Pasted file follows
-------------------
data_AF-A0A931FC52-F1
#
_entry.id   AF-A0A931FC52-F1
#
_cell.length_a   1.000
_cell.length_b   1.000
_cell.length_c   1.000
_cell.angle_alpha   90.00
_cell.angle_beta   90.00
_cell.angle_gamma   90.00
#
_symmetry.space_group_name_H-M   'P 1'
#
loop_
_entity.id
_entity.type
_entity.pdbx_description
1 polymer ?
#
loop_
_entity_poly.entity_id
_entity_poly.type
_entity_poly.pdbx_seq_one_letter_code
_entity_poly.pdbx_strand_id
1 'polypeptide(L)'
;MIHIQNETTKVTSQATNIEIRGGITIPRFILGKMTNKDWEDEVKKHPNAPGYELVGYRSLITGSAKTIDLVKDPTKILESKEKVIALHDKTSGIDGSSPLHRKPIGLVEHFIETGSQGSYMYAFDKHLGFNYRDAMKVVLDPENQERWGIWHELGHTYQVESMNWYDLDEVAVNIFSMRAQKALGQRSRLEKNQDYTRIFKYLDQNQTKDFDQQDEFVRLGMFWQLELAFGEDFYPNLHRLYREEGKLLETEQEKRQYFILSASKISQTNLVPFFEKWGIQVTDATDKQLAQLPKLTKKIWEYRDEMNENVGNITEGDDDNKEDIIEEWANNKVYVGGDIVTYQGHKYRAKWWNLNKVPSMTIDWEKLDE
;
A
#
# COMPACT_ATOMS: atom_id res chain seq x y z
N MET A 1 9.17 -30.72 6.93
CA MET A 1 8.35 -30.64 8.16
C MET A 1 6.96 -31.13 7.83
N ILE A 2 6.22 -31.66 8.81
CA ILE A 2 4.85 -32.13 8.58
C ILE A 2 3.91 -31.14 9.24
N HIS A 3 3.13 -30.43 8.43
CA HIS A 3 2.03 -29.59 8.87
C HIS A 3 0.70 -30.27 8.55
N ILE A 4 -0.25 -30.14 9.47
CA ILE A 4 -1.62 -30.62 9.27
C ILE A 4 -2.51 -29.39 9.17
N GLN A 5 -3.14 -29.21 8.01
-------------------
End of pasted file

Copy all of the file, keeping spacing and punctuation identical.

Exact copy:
data_AF-A0A931FC52-F1
#
_entry.id   AF-A0A931FC52-F1
#
_cell.length_a   1.000
_cell.length_b   1.000
_cell.length_c   1.000
_cell.angle_alpha   90.00
_cell.angle_beta   90.00
_cell.angle_gamma   90.00
#
_symmetry.space_group_name_H-M   'P 1'
#
loop_
_entity.id
_entity.type
_entity.pdbx_description
1 polymer ?
#
loop_
_entity_poly.entity_id
_entity_poly.type
_entity_poly.pdbx_seq_one_letter_code
_entity_poly.pdbx_strand_id
1 'polypeptide(L)'
;MIHIQNETTKVTSQATNIEIRGGITIPRFILGKMTNKDWEDEVKKHPNAPGYELVGYRSLITGSAKTIDLVKDPTKILESKEKVIALHDKTSGIDGSSPLHRKPIGLVEHFIETGSQGSYMYAFDKHLGFNYRDAMKVVLDPENQERWGIWHELGHTYQVESMNWYDLDEVAVNIFSMRAQKALGQRSRLEKNQDYTRIFKYLDQNQTKDFDQQDEFVRLGMFWQLELAFGEDFYPNLHRLYREEGKLLETEQEKRQYFILSASKISQTNLVPFFEKWGIQVTDATDKQLAQLPKLTKKIWEYRDEMNENVGNITEGDDDNKEDIIEEWANNKVYVGGDIVTYQGHKYRAKWWNLNKVPSMTIDWEKLDE
;
A
#
# COMPACT_ATOMS: atom_id res chain seq x y z
N MET A 1 9.17 -30.72 6.93
CA MET A 1 8.35 -30.64 8.16
C MET A 1 6.96 -31.13 7.83
N ILE A 2 6.22 -31.66 8.81
CA ILE A 2 4.85 -32.13 8.58
C ILE A 2 3.91 -31.14 9.24
N HIS A 3 3.13 -30.43 8.43
CA HIS A 3 2.03 -29.59 8.87
C HIS A 3 0.70 -30.27 8.55
N ILE A 4 -0.25 -30.14 9.47
CA ILE A 4 -1.62 -30.62 9.27
C ILE A 4 -2.51 -29.39 9.17
N GLN A 5 -3.14 -29.21 8.01